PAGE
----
Waterfall woes: Dundas councillor laments ‘unbelievable’ headaches at Hamilton’s scenic spots
Teviah Moro Hamilton Spectator Wednesday, January 27, 2021
Coun. Arlene VanderBeek gives city staff “outstanding” marks for efforts to curb rogue parking as visitors inundate Hamilton’s popular waterfalls.
“However, complaints are happening all over the city, and they grow, and they grew even during COVID,” VanderBeek said Tuesday.
That’s why she plans to ask staff to look into a possible pilot project to offer “enhanced enforcement” in neighbourhoods around the vista-rich natural areas.
The Dundas councillor’s ward includes tiny Greensville, which hosts Tews and Webster’s falls, as well as the Dundas Peak, each magnets in recent years for selfie-seeking visitors.
But after parking staff cracked down on scofflaws there, the headaches cascaded elsewhere, Coun. Judi Partridge said during Tuesday’s budget talks.
“The Grindstone waterfalls in Waterdown exploded as soon as you shut down the other waterfalls in Greensville and the (Dundas) Peak,” Partridge said.
“It was unbelievable. We had thousands of people,” she said, noting double-parkers trapped people in their driveways.
The Flamborough councillor joked she and her colleagues were “prepared to arm-wrestle” each other to second VanderBeek’s call for a potential pilot project.
VanderBeek said she plans to formally introduce her motion in coming days as 2021 budget talks continue.
The efforts of municipal law enforcement and animal services were in focus during department head Jason Thorne’s overview of planning and economic development’s spending blueprint.
In 2020, calls for bylaw issues were “relatively consistent” with previous years, Thorne said.
That included usual duties relating to property standards, noise complaints and animal control.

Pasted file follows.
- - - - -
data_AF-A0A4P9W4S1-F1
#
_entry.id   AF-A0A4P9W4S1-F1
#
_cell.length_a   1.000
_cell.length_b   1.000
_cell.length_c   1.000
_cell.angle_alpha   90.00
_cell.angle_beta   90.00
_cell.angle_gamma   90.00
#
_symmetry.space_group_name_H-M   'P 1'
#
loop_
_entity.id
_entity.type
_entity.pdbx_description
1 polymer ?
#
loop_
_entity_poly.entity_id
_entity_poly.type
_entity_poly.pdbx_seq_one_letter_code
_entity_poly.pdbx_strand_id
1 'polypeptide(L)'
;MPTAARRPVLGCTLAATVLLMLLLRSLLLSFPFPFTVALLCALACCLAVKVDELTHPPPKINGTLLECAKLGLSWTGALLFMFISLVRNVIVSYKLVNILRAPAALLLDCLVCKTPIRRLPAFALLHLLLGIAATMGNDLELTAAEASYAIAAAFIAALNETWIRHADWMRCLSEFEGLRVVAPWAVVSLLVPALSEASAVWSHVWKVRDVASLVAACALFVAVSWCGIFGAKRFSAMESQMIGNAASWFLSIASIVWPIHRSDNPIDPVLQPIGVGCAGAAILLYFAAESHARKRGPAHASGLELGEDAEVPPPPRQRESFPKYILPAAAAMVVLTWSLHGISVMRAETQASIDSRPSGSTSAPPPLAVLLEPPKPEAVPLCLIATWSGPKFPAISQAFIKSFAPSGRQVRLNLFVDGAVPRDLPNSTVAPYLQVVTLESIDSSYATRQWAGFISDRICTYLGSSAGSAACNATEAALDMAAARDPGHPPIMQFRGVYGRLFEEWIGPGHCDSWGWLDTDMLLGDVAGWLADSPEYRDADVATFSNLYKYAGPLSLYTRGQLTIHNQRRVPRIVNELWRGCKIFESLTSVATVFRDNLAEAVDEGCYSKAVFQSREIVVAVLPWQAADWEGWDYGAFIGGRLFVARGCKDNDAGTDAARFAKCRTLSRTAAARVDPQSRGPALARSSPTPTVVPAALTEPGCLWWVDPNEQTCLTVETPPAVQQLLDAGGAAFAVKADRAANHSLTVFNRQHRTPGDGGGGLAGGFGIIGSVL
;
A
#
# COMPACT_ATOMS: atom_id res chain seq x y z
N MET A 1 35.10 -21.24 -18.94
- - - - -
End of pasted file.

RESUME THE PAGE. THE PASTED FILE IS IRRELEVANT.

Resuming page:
But staff also took on the added caseload of education and enforcement related to “ever-changing rules” of COVID-19, Thorne said.
“Your offices were very, very busy in 2020,” he told councillors. “We had about triple the number of service calls coming through your offices to our officers.”
In 2020, there were nearly 15,000 calls to bylaw via councillors’ offices, up from just over 5,000 the year before, according to a slide in his presentation.
In an email, Thorne told The Spectator many calls were in response to residents flagging concern about gatherings during the pandemic or people wanting information about restrictions.
Teviah Moro is a Hamilton-based reporter at The Spectator. Reach him via email: email@example.com
Bylaw/licensing calls in 2020
The six-most common:
7,359 for yard maintenance
3,628 for property standards
4,167 for COVID-19 issues
2,204 for noise complaints
1,799 for snow/ice clearing
1,268 for business licensing
1,236 for dog licensing
3,108 for dogs at large, injured animals, dead pets, surrendered pets, assistance for police, fire and paramedics
9,328 for injured or dead wildlife on public or private property
3,958 for enforcement relating to animal bites, animals at large, animal noise, “stoop n’ scoop,” limit of animals, feeding wildlife, park patrols
Source: City of Hamilton licensing and bylaw division